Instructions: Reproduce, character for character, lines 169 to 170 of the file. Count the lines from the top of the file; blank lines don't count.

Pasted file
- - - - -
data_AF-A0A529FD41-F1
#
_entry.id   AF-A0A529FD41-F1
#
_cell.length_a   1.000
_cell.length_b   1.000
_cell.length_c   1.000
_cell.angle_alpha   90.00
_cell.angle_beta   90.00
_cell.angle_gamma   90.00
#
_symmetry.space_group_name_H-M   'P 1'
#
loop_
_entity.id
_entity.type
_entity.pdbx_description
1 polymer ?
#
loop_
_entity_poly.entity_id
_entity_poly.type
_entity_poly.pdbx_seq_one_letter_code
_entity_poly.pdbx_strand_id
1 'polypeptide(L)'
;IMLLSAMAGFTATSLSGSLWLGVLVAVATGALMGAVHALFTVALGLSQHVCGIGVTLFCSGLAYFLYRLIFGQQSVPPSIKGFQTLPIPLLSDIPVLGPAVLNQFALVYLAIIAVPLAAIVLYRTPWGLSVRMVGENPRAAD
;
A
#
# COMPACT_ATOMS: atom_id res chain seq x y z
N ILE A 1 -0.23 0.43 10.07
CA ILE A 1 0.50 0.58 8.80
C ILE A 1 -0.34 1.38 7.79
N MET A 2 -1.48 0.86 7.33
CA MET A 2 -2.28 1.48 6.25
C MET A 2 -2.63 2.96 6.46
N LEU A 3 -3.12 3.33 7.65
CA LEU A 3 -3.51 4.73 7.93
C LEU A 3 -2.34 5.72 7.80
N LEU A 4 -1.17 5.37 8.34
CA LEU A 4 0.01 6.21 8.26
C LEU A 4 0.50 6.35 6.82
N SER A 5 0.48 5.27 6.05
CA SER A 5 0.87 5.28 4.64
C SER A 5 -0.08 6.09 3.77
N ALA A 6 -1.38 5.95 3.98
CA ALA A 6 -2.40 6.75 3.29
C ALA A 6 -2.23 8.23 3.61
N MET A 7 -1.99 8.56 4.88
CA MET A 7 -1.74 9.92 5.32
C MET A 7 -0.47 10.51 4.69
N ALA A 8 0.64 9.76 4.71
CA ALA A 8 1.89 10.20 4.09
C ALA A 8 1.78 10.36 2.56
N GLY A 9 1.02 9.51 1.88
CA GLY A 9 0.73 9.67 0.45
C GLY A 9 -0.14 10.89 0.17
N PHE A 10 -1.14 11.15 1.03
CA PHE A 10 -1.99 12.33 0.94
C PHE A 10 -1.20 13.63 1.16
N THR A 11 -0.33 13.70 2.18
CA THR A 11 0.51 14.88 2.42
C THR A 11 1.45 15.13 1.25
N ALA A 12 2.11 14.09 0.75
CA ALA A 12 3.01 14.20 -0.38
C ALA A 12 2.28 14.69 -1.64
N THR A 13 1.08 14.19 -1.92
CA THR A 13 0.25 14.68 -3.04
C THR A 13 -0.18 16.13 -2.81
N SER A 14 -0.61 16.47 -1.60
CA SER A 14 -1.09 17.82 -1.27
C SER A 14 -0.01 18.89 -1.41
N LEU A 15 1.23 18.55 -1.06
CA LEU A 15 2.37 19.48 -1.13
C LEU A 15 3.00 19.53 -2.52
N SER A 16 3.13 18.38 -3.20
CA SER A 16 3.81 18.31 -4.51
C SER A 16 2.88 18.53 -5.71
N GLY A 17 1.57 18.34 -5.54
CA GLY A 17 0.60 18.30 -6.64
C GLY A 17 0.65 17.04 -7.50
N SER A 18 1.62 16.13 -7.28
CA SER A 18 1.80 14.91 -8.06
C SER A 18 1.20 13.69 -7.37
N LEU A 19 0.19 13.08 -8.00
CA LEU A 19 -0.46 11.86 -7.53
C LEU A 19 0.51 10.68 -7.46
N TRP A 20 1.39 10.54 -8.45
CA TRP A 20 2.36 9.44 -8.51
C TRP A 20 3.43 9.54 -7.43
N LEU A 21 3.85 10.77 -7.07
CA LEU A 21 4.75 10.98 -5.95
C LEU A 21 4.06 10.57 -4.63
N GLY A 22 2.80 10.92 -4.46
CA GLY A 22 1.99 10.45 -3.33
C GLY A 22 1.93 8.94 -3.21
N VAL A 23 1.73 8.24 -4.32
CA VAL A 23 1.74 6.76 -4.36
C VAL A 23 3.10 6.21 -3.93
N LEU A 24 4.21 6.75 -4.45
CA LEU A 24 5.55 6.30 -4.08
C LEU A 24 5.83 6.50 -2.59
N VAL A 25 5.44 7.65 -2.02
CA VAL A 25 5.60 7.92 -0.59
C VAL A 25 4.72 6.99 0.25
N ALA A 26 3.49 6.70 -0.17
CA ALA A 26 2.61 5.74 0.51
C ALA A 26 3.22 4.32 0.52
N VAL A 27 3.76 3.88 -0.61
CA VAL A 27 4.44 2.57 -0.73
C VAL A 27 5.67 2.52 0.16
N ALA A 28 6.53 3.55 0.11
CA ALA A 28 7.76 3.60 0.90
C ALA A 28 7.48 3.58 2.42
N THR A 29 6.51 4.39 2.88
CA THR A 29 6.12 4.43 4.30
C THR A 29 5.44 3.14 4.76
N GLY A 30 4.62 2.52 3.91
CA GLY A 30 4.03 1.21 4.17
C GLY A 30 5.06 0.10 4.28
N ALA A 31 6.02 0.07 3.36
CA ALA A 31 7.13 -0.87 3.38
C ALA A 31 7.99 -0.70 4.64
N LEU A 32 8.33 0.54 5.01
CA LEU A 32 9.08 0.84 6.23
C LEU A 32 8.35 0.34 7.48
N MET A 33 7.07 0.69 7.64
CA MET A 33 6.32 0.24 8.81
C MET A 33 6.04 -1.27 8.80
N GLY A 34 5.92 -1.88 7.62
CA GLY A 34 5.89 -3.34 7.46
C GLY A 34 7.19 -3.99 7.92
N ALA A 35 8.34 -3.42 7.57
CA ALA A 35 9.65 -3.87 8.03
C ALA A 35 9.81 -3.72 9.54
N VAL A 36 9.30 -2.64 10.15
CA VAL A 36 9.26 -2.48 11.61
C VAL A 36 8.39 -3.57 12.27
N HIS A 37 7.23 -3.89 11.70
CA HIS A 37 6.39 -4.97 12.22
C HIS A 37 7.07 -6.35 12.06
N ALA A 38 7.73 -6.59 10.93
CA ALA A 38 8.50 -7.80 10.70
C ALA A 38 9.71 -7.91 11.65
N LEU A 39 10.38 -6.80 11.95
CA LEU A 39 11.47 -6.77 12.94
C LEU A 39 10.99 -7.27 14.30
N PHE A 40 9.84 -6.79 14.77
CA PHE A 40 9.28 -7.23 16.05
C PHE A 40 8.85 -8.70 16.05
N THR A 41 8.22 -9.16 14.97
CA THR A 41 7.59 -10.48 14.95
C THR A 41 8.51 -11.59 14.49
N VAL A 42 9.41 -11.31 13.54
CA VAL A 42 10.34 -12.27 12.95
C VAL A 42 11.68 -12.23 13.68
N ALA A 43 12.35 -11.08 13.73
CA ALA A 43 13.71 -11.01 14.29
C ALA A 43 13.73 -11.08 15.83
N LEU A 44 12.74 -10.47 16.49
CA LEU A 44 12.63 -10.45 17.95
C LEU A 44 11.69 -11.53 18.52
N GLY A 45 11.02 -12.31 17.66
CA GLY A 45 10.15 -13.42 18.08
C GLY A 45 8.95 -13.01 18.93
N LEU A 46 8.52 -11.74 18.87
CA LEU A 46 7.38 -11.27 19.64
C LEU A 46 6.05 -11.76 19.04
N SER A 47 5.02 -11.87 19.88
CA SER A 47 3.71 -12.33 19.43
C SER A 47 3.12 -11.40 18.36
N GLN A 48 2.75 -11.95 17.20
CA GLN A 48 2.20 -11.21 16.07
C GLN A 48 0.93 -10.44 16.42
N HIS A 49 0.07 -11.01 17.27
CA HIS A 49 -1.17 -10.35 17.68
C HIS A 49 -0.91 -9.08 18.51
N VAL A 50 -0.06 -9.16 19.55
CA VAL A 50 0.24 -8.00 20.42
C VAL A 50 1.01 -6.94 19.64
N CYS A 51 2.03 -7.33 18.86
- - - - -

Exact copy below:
N SER A 47 5.02 -11.87 19.88
CA SER A 47 3.71 -12.33 19.43